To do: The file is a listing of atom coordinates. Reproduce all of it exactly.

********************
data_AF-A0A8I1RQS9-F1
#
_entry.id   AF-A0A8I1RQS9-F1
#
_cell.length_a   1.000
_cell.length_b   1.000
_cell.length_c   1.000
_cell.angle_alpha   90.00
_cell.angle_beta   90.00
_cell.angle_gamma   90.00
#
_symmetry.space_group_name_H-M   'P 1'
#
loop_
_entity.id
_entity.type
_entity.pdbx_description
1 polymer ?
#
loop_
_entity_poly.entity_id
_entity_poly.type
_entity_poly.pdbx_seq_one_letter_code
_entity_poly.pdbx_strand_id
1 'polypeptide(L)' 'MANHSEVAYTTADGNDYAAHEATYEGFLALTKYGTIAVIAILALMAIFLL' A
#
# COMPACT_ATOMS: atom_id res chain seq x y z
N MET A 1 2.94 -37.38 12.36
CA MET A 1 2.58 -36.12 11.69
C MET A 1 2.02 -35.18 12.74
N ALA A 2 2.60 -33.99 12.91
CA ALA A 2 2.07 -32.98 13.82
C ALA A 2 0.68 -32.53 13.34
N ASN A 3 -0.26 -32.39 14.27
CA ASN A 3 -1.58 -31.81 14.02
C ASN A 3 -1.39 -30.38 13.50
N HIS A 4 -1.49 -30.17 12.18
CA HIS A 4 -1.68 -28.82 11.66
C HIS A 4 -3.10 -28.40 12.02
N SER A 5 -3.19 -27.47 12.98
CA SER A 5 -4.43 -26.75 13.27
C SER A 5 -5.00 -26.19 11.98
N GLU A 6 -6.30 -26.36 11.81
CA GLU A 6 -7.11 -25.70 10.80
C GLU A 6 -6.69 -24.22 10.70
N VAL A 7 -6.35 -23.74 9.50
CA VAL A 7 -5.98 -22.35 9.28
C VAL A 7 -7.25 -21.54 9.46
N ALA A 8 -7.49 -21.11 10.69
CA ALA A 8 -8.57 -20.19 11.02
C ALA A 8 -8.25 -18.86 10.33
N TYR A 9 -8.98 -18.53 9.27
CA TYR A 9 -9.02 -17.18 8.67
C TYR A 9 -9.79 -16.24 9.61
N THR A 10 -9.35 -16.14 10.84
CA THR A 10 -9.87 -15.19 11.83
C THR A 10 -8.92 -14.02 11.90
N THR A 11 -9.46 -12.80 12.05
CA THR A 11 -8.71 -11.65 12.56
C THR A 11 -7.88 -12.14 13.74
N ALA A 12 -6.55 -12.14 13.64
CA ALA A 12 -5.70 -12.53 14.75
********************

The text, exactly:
data_AF-A0A8I1RQS9-F1
#
_entry.id   AF-A0A8I1RQS9-F1
#
_cell.length_a   1.000
_cell.length_b   1.000
_cell.length_c   1.000
_cell.angle_alpha   90.00
_cell.angle_beta   90.00
_cell.angle_gamma   90.00
#
_symmetry.space_group_name_H-M   'P 1'
#
loop_
_entity.id
_entity.type
_entity.pdbx_description
1 polymer ?
#
loop_
_entity_poly.entity_id
_entity_poly.type
_entity_poly.pdbx_seq_one_letter_code
_entity_poly.pdbx_strand_id
1 'polypeptide(L)' 'MANHSEVAYTTADGNDYAAHEATYEGFLALTKYGTIAVIAILALMAIFLL' A
#
# COMPACT_ATOMS: atom_id res chain seq x y z
N MET A 1 2.94 -37.38 12.36
CA MET A 1 2.58 -36.12 11.69
C MET A 1 2.02 -35.18 12.74
N ALA A 2 2.60 -33.99 12.91
CA ALA A 2 2.07 -32.98 13.82
C ALA A 2 0.68 -32.53 13.34
N ASN A 3 -0.26 -32.39 14.27
CA ASN A 3 -1.58 -31.81 14.02
C ASN A 3 -1.39 -30.38 13.50
N HIS A 4 -1.49 -30.17 12.18
CA HIS A 4 -1.68 -28.82 11.66
C HIS A 4 -3.10 -28.40 12.02
N SER A 5 -3.19 -27.47 12.98
CA SER A 5 -4.43 -26.75 13.27
C SER A 5 -5.00 -26.19 11.98
N GLU A 6 -6.30 -26.36 11.81
CA GLU A 6 -7.11 -25.70 10.80
C GLU A 6 -6.69 -24.22 10.70
N VAL A 7 -6.35 -23.74 9.50
CA VAL A 7 -5.98 -22.35 9.28
C VAL A 7 -7.25 -21.54 9.46
N ALA A 8 -7.49 -21.11 10.69
CA ALA A 8 -8.57 -20.19 11.02
C ALA A 8 -8.25 -18.86 10.33
N TYR A 9 -8.98 -18.53 9.27
CA TYR A 9 -9.02 -17.18 8.67
C TYR A 9 -9.79 -16.24 9.61
N THR A 10 -9.35 -16.14 10.84
CA THR A 10 -9.87 -15.19 11.83
C THR A 10 -8.92 -14.02 11.90
N THR A 11 -9.46 -12.80 12.05
CA THR A 11 -8.71 -11.65 12.56
C THR A 11 -7.88 -12.14 13.74
N ALA A 12 -6.55 -12.14 13.64
CA ALA A 12 -5.70 -12.53 14.75